Harvey Weinstein Found Guilty in Sexual Assault Trial
A decision has been made in the trial of Harvey Weinstein. According to multiple outlets, the former Hollywood mogul was found guilty of rape in the third degree and of criminal sexual assault in the first degree. He was facing two counts of rape, one count of criminal sexual act and two counts of predatory sexual assault after being accused of raping one woman in 2013 and forcing oral sex on a production assistant named Mimi Haleyi in 2006. Since being indicted by a grand jury in 2019, Weinstein has maintained that his sexual encounters with the women were consensual and pleaded not guilty to those charges.
The verdict comes after five days of deliberation, which first started on Tuesday, Feb. 18. A jury consisting of seven men and five women heard intense testimonies from one of Weinstein’s accusers as well as several witnesses, including five actresses, called to speak out against his bad behavior. Meanwhile, the defense countered with their own witnesses -- a former Miramax employee and two other actresses -- who attempted to discredit the prosecution's case.
Despite reports that actresses Salma Hayek and Charlize Theron were among the 90 potential witnesses presented to Judge James Burke, who was presiding over the trial, the only A-list star called to the stand was Rosie Perez. She testified as a witness to Sopranos actress Annabella Sciorra’s allegations of rape against Weinstein, which were not part of the criminal charges because the supposed timeline was outside of New York’s statute of limitations.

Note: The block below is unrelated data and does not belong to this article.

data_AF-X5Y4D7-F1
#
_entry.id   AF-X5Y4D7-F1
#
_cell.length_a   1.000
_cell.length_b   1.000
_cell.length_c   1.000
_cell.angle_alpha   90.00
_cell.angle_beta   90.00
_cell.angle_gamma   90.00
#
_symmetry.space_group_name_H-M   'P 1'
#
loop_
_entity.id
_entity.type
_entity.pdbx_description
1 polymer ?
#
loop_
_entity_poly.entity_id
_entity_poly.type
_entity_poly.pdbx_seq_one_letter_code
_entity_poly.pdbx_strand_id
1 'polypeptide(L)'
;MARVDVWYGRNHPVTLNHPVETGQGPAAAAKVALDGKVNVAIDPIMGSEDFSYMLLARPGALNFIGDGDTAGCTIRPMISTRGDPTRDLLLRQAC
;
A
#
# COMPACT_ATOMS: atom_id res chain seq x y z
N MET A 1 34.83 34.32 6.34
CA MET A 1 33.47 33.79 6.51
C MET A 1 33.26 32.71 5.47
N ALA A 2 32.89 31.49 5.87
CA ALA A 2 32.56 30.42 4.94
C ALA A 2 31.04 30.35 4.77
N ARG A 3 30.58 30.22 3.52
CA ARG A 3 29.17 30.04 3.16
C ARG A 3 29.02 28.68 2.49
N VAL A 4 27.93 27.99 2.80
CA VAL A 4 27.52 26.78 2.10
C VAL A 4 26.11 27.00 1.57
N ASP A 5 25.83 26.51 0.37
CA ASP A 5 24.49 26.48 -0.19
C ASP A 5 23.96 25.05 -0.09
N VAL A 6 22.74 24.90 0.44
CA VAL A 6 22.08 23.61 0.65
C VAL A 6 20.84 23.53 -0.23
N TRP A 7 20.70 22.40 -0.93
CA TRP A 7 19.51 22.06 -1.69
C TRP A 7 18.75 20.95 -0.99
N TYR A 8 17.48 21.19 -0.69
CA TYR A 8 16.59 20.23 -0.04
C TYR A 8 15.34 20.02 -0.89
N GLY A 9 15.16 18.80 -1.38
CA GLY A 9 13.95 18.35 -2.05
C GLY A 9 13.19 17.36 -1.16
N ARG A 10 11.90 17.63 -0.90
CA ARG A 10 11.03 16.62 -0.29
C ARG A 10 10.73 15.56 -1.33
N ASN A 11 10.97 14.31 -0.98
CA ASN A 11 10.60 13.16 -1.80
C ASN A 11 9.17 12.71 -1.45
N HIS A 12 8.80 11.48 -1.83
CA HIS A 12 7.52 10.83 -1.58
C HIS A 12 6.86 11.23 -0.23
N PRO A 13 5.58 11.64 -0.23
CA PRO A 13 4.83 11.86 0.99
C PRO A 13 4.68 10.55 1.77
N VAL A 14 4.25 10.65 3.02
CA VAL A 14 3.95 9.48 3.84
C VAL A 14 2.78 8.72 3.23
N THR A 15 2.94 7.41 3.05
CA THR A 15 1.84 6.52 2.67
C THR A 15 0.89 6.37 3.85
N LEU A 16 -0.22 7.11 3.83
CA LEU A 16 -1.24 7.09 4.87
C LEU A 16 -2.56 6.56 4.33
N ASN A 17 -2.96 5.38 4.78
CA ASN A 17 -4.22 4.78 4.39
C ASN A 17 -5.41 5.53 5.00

Hollywood was rocked when the New York Times and New Yorker published explosive investigative reports detailing decades of alleged sexual misconduct and abuse by Weinstein in the fall of 2017. Since then, more than 80 women -- including Ashley Judd, Rose McGowan and Gwyneth Paltrow -- have come forward with accusations against someone long thought to be the industry’s most untouchable power player. Weinstein has denied all accusations of unlawful, nonconsensual sex.
While the New York trial has drawn to a close, Weinstein’s legal troubles are far from over. In January, on the first day of the Manhattan proceedings, Los Angeles prosecutors announced new sexual assault charges -- “raping one woman and sexually assaulting another in separate incidents back in 2013” -- against the disgraced mogul. “We believe the evidence will show that the defendant used his power and influence to gain access to his victims and then commit violent crimes against them,” L.A. County District Attorney Jackie Lacey said in a statement. If convicted, he faces up to 28 years in prison. His legal team has yet to formally respond to the new charges.
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